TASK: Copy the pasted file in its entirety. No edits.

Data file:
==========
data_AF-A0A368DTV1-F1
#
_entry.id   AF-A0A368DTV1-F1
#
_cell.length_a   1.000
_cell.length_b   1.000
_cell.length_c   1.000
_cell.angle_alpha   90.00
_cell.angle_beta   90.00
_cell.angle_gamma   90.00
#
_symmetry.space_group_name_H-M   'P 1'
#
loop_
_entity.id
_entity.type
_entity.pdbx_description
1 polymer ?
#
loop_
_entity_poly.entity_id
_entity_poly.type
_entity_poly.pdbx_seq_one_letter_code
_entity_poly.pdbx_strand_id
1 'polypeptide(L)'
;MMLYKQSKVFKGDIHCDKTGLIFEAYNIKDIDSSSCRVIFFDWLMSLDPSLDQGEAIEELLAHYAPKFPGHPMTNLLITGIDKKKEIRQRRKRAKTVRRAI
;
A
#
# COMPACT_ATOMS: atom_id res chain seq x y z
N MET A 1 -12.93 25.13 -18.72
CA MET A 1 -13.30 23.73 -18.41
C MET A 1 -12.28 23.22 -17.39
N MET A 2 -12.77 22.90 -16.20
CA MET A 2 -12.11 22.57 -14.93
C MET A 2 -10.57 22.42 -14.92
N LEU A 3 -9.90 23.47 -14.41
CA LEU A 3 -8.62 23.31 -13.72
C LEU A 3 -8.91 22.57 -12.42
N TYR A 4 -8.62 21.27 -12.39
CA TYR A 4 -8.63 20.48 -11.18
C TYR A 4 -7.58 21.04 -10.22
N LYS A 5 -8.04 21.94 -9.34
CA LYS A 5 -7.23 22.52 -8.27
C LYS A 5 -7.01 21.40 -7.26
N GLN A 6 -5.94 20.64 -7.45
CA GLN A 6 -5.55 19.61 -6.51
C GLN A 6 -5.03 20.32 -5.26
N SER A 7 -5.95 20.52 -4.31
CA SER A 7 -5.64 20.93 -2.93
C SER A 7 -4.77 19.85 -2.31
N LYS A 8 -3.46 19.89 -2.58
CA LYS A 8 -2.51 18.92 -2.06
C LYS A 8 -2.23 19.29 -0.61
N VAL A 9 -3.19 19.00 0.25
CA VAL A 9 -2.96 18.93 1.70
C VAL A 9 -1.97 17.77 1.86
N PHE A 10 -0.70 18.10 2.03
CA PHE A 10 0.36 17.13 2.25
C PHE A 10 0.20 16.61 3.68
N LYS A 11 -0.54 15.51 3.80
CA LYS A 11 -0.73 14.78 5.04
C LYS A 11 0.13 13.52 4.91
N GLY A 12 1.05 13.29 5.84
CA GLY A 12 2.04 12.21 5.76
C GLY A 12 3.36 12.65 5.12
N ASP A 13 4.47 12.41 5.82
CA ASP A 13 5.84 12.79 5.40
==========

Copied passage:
data_AF-A0A368DTV1-F1
#
_entry.id   AF-A0A368DTV1-F1
#
_cell.length_a   1.000
_cell.length_b   1.000
_cell.length_c   1.000
_cell.angle_alpha   90.00
_cell.angle_beta   90.00
_cell.angle_gamma   90.00
#
_symmetry.space_group_name_H-M   'P 1'
#
loop_
_entity.id
_entity.type
_entity.pdbx_description
1 polymer ?
#
loop_
_entity_poly.entity_id
_entity_poly.type
_entity_poly.pdbx_seq_one_letter_code
_entity_poly.pdbx_strand_id
1 'polypeptide(L)'
;MMLYKQSKVFKGDIHCDKTGLIFEAYNIKDIDSSSCRVIFFDWLMSLDPSLDQGEAIEELLAHYAPKFPGHPMTNLLITGIDKKKEIRQRRKRAKTVRRAI
;
A
#
# COMPACT_ATOMS: atom_id res chain seq x y z
N MET A 1 -12.93 25.13 -18.72
CA MET A 1 -13.30 23.73 -18.41
C MET A 1 -12.28 23.22 -17.39
N MET A 2 -12.77 22.90 -16.20
CA MET A 2 -12.11 22.57 -14.93
C MET A 2 -10.57 22.42 -14.92
N LEU A 3 -9.90 23.47 -14.41
CA LEU A 3 -8.62 23.31 -13.72
C LEU A 3 -8.91 22.57 -12.42
N TYR A 4 -8.62 21.27 -12.39
CA TYR A 4 -8.63 20.48 -11.18
C TYR A 4 -7.58 21.04 -10.22
N LYS A 5 -8.04 21.94 -9.34
CA LYS A 5 -7.23 22.52 -8.27
C LYS A 5 -7.01 21.40 -7.26
N GLN A 6 -5.94 20.64 -7.45
CA GLN A 6 -5.55 19.61 -6.51
C GLN A 6 -5.03 20.32 -5.26
N SER A 7 -5.95 20.52 -4.31
CA SER A 7 -5.64 20.93 -2.93
C SER A 7 -4.77 19.85 -2.31
N LYS A 8 -3.46 19.89 -2.58
CA LYS A 8 -2.51 18.92 -2.06
C LYS A 8 -2.23 19.29 -0.61
N VAL A 9 -3.19 19.00 0.25
CA VAL A 9 -2.96 18.93 1.70
C VAL A 9 -1.97 17.77 1.86
N PHE A 10 -0.70 18.10 2.03
CA PHE A 10 0.36 17.13 2.25
C PHE A 10 0.20 16.61 3.68
N LYS A 11 -0.54 15.51 3.80
CA LYS A 11 -0.73 14.78 5.04
C LYS A 11 0.13 13.52 4.91
N GLY A 12 1.05 13.29 5.84
CA GLY A 12 2.04 12.21 5.76
C GLY A 12 3.36 12.65 5.12
N ASP A 13 4.47 12.41 5.82
CA ASP A 13 5.84 12.79 5.40